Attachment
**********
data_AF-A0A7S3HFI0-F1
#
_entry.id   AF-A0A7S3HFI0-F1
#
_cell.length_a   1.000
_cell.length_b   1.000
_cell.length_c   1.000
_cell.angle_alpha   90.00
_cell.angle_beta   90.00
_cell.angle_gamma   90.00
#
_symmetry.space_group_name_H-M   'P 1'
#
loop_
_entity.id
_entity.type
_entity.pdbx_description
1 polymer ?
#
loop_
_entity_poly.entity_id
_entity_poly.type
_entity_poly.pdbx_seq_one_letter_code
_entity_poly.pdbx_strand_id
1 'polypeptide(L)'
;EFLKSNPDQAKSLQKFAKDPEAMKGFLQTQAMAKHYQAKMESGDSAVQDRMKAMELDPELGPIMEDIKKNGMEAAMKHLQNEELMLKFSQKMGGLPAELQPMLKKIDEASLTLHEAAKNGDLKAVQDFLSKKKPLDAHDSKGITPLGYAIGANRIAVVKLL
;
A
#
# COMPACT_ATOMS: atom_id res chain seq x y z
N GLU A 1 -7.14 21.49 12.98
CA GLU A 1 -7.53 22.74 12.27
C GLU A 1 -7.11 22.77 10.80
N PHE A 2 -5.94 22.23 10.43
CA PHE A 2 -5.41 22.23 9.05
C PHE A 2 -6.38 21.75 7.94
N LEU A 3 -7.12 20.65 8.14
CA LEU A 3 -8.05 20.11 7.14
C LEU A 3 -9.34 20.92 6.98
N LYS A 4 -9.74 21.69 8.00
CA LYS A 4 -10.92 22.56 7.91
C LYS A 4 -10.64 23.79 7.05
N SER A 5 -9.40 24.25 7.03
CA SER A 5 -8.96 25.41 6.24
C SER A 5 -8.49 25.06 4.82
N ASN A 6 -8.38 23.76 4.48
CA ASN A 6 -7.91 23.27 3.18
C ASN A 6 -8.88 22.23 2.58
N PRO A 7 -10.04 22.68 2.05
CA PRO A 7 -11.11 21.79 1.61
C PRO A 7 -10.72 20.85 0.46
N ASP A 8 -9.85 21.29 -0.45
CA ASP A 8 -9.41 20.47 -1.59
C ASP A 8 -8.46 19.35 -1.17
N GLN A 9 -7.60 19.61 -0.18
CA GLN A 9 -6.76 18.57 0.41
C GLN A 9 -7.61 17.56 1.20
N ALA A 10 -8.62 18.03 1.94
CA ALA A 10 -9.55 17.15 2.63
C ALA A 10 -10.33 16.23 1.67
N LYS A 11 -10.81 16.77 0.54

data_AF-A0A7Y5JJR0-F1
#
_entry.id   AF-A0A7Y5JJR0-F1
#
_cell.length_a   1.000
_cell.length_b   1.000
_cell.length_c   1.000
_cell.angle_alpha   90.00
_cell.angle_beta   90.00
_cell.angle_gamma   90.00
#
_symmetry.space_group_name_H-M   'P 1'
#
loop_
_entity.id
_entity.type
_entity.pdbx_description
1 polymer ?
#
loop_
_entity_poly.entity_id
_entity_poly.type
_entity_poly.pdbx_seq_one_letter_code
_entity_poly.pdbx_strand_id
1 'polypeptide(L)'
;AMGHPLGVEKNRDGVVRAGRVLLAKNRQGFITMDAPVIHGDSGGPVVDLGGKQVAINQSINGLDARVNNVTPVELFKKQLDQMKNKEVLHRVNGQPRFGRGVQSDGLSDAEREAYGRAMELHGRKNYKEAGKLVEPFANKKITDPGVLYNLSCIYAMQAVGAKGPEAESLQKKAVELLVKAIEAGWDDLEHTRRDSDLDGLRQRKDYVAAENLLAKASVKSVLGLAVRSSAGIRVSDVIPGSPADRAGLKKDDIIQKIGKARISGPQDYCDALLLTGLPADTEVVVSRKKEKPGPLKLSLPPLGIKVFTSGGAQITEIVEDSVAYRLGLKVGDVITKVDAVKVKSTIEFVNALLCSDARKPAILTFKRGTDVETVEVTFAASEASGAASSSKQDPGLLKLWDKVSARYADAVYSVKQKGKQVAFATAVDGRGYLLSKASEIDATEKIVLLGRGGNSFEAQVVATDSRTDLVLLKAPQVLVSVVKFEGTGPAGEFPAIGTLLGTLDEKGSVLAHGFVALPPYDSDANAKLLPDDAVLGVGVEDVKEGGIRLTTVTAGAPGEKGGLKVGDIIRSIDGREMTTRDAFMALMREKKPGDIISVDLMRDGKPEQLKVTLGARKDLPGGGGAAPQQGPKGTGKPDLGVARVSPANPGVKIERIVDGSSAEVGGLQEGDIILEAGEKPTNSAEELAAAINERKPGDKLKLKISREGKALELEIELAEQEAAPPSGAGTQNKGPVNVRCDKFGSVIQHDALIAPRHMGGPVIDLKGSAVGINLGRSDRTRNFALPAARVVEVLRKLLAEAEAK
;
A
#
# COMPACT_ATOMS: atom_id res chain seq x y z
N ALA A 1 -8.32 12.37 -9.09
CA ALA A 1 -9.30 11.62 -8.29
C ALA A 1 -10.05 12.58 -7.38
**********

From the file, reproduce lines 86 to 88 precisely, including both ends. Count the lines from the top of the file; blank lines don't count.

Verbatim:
1 'polypeptide(L)'
;AMGHPLGVEKNRDGVVRAGRVLLAKNRQGFITMDAPVIHGDSGGPVVDLGGKQVAINQSINGLDARVNNVTPVELFKKQLDQMKNKEVLHRVNGQPRFGRGVQSDGLSDAEREAYGRAMELHGRKNYKEAGKLVEPFANKKITDPGVLYNLSCIYAMQAVGAKGPEAESLQKKAVELLVKAIEAGWDDLEHTRRDSDLDGLRQRKDYVAAENLLAKASVKSVLGLAVRSSAGIRVSDVIPGSPADRAGLKKDDIIQKIGKARISGPQDYCDALLLTGLPADTEVVVSRKKEKPGPLKLSLPPLGIKVFTSGGAQITEIVEDSVAYRLGLKVGDVITKVDAVKVKSTIEFVNALLCSDARKPAILTFKRGTDVETVEVTFAASEASGAASSSKQDPGLLKLWDKVSARYADAVYSVKQKGKQVAFATAVDGRGYLLSKASEIDATEKIVLLGRGGNSFEAQVVATDSRTDLVLLKAPQVLVSVVKFEGTGPAGEFPAIGTLLGTLDEKGSVLAHGFVALPPYDSDANAKLLPDDAVLGVGVEDVKEGGIRLTTVTAGAPGEKGGLKVGDIIRSIDGREMTTRDAFMALMREKKPGDIISVDLMRDGKPEQLKVTLGARKDLPGGGGAAPQQGPKGTGKPDLGVARVSPANPGVKIERIVDGSSAEVGGLQEGDIILEAGEKPTNSAEELAAAINERKPGDKLKLKISREGKALELEIELAEQEAAPPSGAGTQNKGPVNVRCDKFGSVIQHDALIAPRHMGGPVIDLKGSAVGINLGRSDRTRNFALPAARVVEVLRKLLAEAEAK
;